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Posted on Sun Mar 31, 2019 11:10 pm
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The desirable feature in expansion arrays is how flexible they are. You can expand by just ONE link, or expand by several links. Or expand by a metric ******kilogram of links for a really flare-outy triangle.

I wish that one fellow who wrote "expansion units" had been clear enough to state this was expansion, in each "unit," by one link. So, wider from then downwards by one link diameter. He was probably thinking the "fivelet basic unit of E4-1" a link in each of four corners around a single central link -- a little square bit with one in the middle. So, what do you do to that unit? -- you weave a fifth link into there, right between the two lower (corner) ones already there. That's an "expansion unit," but you could really just as well speak of an expansion link and make the same sense. You could call it E5-1 too; a bit of E5-1 included in a piece of E4-1.

I think you've noticed that all the goofy goings on in an expansion triangle happen in its center, and that the edges of the array just weave into the rest of the regular E4-1 mail.

The warning not to cluster expansions together has more to do with clumping them from side to side. Close together up and down, columnwise, is no prob. It's that remarkable flexibility of application again -- stuff in the number of expansions you need for the job.

It's fortunate that that is usually not an enormoously large number. The triangles are often fairly skinny, especially if built tall, which makes them subtle. Every single link extra inserted as an expansion link makes the triangle widen by one link ID; the math is thus easy to do if you know about how many inches wider you want it to get.

Fitting can totally happen, and because of the fabric's behavior, it won't be difficult for a good fit to your shape.


'The Minstrel Boy to the War is gone...'

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Posted on Wed Apr 03, 2019 8:12 am
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Quote:
It says to do one expansion every other row? And that's for the shoulders, which I'm pretty sure needs the most room; it says one every four rows for other spots and like??


The first one, every other row, yields a gradual widening, which can be closely controlled by you to fit your frame. Even if you go "That's looser than I think I want," you can then go in and reduce how many expansions are in play in that area. The tweak will of course snug down every linkrow below that.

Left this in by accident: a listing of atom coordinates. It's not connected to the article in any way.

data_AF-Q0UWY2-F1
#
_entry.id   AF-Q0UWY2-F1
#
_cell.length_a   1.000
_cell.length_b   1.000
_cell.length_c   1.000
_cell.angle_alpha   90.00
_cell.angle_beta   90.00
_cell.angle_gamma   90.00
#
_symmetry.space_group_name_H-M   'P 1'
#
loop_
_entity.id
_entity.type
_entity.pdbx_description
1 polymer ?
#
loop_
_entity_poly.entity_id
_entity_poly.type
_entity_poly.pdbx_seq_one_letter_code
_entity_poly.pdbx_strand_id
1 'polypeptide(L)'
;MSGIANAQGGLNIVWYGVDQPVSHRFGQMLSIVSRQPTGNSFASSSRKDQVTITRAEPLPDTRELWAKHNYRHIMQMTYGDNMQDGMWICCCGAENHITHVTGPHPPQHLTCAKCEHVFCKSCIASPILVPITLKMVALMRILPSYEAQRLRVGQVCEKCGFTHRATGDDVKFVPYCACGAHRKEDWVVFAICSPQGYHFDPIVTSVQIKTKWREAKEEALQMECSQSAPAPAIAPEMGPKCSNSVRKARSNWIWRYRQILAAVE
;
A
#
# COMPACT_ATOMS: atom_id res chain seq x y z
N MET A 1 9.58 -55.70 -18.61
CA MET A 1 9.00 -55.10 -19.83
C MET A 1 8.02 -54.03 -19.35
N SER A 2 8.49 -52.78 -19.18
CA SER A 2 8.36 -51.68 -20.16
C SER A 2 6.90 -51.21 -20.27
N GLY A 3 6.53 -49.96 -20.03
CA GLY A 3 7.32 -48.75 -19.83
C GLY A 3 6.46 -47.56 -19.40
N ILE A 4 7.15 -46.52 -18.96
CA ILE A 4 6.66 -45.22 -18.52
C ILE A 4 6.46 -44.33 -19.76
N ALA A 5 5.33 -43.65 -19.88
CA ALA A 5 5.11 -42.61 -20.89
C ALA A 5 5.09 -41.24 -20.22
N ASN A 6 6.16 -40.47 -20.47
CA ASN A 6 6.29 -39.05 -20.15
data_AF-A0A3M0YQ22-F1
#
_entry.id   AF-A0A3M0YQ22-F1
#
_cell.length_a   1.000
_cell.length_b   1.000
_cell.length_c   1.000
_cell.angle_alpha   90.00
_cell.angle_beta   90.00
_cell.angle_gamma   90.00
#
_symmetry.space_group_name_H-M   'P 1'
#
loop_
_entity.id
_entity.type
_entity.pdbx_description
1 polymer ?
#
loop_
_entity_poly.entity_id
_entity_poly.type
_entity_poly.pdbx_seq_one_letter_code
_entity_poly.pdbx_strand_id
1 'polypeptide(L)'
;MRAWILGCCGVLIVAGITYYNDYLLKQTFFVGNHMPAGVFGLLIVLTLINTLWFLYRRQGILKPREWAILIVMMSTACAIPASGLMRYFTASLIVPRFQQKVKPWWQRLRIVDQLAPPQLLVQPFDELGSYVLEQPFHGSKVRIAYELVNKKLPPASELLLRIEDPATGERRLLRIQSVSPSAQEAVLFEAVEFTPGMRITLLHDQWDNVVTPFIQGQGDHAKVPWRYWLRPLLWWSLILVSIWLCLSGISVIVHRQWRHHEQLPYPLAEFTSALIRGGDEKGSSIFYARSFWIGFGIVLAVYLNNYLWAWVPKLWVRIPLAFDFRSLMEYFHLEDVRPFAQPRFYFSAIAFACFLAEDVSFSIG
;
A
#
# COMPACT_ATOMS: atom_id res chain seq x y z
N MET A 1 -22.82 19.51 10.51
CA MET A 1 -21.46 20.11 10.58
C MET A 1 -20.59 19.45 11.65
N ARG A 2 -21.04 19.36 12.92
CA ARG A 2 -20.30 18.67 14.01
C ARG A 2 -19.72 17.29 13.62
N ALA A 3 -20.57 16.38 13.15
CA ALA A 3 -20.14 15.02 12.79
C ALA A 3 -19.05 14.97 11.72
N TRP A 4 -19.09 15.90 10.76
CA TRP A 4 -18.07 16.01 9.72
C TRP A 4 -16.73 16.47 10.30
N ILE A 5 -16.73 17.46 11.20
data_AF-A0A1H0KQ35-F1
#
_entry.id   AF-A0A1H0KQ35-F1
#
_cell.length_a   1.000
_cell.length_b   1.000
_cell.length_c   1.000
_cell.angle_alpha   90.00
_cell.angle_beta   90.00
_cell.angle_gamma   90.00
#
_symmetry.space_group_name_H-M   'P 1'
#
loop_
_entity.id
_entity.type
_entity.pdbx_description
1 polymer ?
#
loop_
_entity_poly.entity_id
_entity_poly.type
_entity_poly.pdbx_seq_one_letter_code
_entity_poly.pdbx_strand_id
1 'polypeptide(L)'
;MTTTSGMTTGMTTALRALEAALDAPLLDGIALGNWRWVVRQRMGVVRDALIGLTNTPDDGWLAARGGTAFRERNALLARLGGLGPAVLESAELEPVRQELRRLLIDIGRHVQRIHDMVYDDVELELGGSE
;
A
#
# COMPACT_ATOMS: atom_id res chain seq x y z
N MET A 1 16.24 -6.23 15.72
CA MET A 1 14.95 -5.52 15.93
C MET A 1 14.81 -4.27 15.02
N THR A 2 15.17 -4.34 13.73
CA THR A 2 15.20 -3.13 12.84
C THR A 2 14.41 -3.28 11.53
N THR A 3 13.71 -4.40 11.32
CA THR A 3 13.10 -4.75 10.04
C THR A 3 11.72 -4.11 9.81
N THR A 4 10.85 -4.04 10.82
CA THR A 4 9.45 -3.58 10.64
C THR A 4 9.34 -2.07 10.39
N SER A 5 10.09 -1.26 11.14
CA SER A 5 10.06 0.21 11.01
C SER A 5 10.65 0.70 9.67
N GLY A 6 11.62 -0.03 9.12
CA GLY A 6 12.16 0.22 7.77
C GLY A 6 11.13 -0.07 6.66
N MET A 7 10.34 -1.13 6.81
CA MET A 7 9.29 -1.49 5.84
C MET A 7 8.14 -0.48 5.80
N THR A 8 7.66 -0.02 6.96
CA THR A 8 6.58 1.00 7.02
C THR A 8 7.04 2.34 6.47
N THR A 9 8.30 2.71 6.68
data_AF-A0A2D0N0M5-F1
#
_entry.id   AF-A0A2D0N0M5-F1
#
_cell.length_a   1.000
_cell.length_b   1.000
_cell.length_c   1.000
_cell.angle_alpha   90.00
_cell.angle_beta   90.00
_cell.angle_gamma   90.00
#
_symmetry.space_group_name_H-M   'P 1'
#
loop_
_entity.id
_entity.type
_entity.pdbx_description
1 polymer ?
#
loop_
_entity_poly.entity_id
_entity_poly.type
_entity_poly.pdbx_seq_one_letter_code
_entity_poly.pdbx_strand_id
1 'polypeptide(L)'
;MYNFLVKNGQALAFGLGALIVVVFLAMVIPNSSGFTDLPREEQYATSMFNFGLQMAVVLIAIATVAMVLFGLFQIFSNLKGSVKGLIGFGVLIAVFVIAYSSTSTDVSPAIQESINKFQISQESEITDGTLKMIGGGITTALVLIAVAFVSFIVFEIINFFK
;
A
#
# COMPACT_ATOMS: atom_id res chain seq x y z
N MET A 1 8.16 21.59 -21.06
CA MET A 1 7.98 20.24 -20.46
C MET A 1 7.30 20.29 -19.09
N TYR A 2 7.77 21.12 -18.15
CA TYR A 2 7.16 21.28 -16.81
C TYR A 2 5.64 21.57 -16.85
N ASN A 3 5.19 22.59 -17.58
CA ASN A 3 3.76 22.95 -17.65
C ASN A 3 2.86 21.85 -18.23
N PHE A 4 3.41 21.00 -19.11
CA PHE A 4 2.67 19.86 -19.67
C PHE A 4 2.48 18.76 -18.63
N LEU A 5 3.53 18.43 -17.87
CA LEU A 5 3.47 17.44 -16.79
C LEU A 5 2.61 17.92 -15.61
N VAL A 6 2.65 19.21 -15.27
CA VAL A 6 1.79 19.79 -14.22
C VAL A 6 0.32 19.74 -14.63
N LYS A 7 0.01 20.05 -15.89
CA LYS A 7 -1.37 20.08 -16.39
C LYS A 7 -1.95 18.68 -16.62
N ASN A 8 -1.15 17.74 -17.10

The one that's every four rows, that's even more gradual a widening, totally making the expansion-triangle zone even narrower. Subtle!

So, if you stuff one expansion into each linkrow, it flares out big and wide in a hurry. You can help the expansions hide in the weave pretty well if you were to zigzag their placement, say one to the right and the next one over on the left. The link-columns shouldn't be too much affected -- not get all crookedy, that is -- by such hijinks.

Quote:
. . . so trial and error on the scale of a whole shirt is not a great option!

It would be more fun if we might confine it to half the shirt or less, you bet! But many have slogged through this trial before, to make it come out all right in the end -- and by GOLLY you will have learned how to do it right!! Smile And that's a good thing. You'll have done the hard stuff and you'll have the skill you want. The greater the trial, the sweeter the triumph.


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Posted on Sun Jul 07, 2019 5:39 pm
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Hey guys, sorry for just like, disappearing for a few months, but, I'm back with a few more questions!

I was just now taking a close look at that bra posted earlier in the thread, and I think a lot of my questions could probably be answered just by knowing what exactly's going on with that kind of design, so... @mithrilweaver, if you're still out there, do you happen to have a pattern for that chainmaille bra you posted? If not, does anyone else?

Anyways, I've reach the point in my tank top project where I can connect the front and the back to make the sides (not all the way down, just under my armpits). So, my good sense tells me to just build straight out to the side to connect them, but my over-ambition is telling me that it'd look so cool and smooth if I just did enough expansions to make the rows long enough to meet at the sides. So. I'm basically asking, would it actually look decent if I did that. And also, if I did do that, where would be the best place for the expansions? Near the edges of the rows? In the middle? Scattered throughout the rows?
Thanks so much for any answers!

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Posted on Mon Jul 08, 2019 6:18 am
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I think the exact amount of such expanding depends a lot on what you're wearing under the mail. You know about E4-1 self-tailoring to you under the pull of gravity snugging it to your personal contours.

With a shirt, it is convenient to err on the side of generosity. Euro mail doesn't work as well if it is pulled tight; slack gives mobility.